The results of this exercise are diverse, ranging from more conventional approaches that keep the vocals as their main conceptual framework, to remixes which chop-up and rearrange the original tracks completely. Music Composition for Film and TV student, Louis Marcelle (LM84) went for the second approach, treating the original audio as raw material from which to make a completely new expression.
He said: “This project was a perfect opportunity to use techniques that we have been honing and developing in our classes at dBs. I approached this piece from the angle of a fly-on-the-wall and carrier of the virus, trying to capture its movements, ebbs and flows from another perspective completely. I wasn’t sure what to expect from it but remembered all I had learned and did my best to formulate it as best as possible. I only used the sounds in the original breaks file from JD. It was such a beautiful interaction.”
By comparison, recording artist Mike Ladd adopted a more stripped back approach to his remix. He said: “I found the original work incredibly moving, especially the timbre of the artist's voice. The imagery in the artist's texts, the ambiguity of some of the phrasing and switch language are elements I love. I felt compelled to leave as much room as possible for that text to live and for the listener to enter.”
Toby Lewis, a recent Music Production and Sound Engineering graduate was inspired by Trevor Barre’s article ‘Cosmic Tones for Mental Therapy’ to get involved in the Window project. He said: “As soon as I heard the train/harmonica stems of the track I was remixing I was inspired. The blues theme reminded me of that scene from the 1986 movie Crossroads where the two protagonists attempt to jam to the rhythm of a passing freight train. The older character says, disparagingly, to the younger ‘Boy, you ain't never gonna get that last song if you can’t make the train talk’. That was the driving narrative throughout: how to make the train talk, what would it say? What have we seen? I also remembered how vulnerable you can feel when sharing your music with someone: I was genuinely impressed and wanted to be as sympathetic to the original intention as possible. Every stem was used somewhere in my remix.”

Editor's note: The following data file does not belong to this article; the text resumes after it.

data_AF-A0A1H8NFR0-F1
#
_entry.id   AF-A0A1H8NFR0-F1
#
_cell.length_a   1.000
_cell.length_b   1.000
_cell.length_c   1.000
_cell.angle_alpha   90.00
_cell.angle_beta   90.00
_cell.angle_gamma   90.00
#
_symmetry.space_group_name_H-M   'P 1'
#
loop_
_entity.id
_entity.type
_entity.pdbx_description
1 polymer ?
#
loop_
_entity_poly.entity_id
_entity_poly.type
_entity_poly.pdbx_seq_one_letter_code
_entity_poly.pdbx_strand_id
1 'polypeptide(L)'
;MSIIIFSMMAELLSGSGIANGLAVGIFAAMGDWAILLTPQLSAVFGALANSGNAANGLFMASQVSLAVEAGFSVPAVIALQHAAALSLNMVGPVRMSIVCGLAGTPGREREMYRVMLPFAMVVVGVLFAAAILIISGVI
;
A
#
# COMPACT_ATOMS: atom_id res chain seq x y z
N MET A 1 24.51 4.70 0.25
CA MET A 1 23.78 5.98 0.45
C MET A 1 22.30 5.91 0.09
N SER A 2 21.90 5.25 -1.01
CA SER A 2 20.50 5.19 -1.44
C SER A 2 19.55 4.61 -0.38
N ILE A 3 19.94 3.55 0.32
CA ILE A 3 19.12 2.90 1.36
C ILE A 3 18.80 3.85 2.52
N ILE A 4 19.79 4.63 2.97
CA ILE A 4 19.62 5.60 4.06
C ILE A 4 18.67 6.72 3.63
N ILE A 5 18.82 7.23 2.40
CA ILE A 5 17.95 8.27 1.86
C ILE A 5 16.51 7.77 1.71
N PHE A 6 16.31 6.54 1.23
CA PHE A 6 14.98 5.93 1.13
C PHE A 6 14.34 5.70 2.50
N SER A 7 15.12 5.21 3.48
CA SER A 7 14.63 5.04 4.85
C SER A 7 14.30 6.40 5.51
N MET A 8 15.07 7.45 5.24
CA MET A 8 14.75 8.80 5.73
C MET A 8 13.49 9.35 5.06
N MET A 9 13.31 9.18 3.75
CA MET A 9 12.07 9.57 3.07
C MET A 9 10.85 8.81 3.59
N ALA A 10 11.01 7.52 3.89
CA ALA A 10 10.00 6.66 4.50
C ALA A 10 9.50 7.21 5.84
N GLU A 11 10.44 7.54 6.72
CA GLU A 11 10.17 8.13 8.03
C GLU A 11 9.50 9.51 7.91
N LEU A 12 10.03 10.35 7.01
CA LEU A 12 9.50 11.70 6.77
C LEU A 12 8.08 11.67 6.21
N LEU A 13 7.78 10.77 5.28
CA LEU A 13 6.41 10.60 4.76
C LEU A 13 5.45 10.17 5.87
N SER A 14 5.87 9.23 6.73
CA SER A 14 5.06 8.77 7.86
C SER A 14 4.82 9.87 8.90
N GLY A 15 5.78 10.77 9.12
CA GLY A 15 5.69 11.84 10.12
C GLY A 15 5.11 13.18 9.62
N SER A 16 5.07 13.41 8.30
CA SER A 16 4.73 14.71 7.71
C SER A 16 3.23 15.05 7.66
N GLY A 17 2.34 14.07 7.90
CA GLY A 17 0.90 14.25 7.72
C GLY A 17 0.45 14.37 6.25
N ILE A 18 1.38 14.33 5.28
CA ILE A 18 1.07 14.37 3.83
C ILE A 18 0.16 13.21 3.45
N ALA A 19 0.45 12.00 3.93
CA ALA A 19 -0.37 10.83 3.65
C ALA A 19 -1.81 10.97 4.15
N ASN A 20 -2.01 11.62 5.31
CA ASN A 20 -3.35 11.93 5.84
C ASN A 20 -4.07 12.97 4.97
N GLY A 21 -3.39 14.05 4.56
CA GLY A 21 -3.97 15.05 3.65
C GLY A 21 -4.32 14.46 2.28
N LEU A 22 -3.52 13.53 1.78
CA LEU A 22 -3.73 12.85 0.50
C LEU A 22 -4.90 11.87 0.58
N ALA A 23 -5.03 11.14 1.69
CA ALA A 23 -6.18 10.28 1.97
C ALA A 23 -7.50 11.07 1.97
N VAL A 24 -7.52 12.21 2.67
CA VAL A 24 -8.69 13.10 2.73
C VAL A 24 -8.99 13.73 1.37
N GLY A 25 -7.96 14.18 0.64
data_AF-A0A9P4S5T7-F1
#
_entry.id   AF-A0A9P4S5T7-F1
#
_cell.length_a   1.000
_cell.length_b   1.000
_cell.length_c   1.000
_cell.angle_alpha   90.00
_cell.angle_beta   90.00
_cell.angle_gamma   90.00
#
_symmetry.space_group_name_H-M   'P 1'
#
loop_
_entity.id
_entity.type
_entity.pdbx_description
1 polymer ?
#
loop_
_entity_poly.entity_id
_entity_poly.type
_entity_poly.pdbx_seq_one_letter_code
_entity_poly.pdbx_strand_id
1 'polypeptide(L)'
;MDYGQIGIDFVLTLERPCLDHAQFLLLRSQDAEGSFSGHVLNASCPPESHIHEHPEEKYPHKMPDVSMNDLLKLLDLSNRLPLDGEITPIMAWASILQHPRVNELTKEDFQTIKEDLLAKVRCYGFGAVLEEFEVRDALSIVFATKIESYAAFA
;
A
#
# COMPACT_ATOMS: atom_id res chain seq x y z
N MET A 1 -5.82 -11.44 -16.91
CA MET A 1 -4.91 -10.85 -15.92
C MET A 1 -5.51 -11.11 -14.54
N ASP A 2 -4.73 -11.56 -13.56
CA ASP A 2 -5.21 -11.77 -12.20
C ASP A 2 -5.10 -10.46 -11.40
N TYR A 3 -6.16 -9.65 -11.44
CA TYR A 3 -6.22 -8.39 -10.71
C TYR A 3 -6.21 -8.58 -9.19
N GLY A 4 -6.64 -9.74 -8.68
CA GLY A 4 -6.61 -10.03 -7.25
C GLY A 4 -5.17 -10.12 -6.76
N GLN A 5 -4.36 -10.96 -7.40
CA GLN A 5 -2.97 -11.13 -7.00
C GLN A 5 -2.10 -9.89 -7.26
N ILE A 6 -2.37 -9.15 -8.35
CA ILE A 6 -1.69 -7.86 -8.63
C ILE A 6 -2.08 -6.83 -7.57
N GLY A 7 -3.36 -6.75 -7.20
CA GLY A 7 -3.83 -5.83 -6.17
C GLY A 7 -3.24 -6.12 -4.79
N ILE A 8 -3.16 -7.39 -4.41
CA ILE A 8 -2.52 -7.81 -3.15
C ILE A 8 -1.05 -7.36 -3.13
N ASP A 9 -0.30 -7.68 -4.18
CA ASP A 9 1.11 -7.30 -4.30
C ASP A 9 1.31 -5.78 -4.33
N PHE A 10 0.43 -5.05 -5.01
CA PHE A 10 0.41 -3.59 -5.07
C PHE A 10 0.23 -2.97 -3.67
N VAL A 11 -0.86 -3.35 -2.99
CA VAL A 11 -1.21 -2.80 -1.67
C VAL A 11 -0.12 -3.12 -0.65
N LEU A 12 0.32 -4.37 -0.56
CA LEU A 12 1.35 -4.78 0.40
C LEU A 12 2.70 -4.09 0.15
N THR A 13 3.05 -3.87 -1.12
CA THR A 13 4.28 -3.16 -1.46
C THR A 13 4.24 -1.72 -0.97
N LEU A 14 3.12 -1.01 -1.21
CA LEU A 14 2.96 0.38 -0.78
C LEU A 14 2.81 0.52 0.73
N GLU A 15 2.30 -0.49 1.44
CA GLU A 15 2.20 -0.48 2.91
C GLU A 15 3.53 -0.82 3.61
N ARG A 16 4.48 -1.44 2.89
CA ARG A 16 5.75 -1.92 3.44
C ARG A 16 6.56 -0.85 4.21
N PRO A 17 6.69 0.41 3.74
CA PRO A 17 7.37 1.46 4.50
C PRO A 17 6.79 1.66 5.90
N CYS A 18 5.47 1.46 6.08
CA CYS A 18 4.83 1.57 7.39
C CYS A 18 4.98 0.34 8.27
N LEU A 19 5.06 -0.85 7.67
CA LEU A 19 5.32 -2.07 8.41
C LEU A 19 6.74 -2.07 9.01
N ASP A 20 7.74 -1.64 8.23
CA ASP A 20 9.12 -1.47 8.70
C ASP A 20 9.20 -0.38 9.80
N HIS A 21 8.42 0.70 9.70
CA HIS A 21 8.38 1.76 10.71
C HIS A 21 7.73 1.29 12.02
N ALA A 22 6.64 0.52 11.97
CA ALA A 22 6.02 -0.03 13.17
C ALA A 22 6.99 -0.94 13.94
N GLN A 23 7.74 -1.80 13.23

All of the music produced as part of ‘Window’ is housed on a custom web-based interface. This enables visitors to explore the originals and remixes as well as the patients’ stories, inspirations and responses. The website is designed to allow patients, artists and members of the public to skip back and forth quickly and easily between the works produced, providing a safe and secure window of interaction, now the project is complete.
This, however, is just the beginning of what is hoped will be an ongoing relationship between Langdon Hospital and dBs Music, and a much broader investigation into the mental health benefits of music production therapy.
Find out more about ‘Window’ and listen to the tracks produced as part of the project here.
Interested in creating and remixing your own tracks? Why not check out our BA in Electronic Music Production?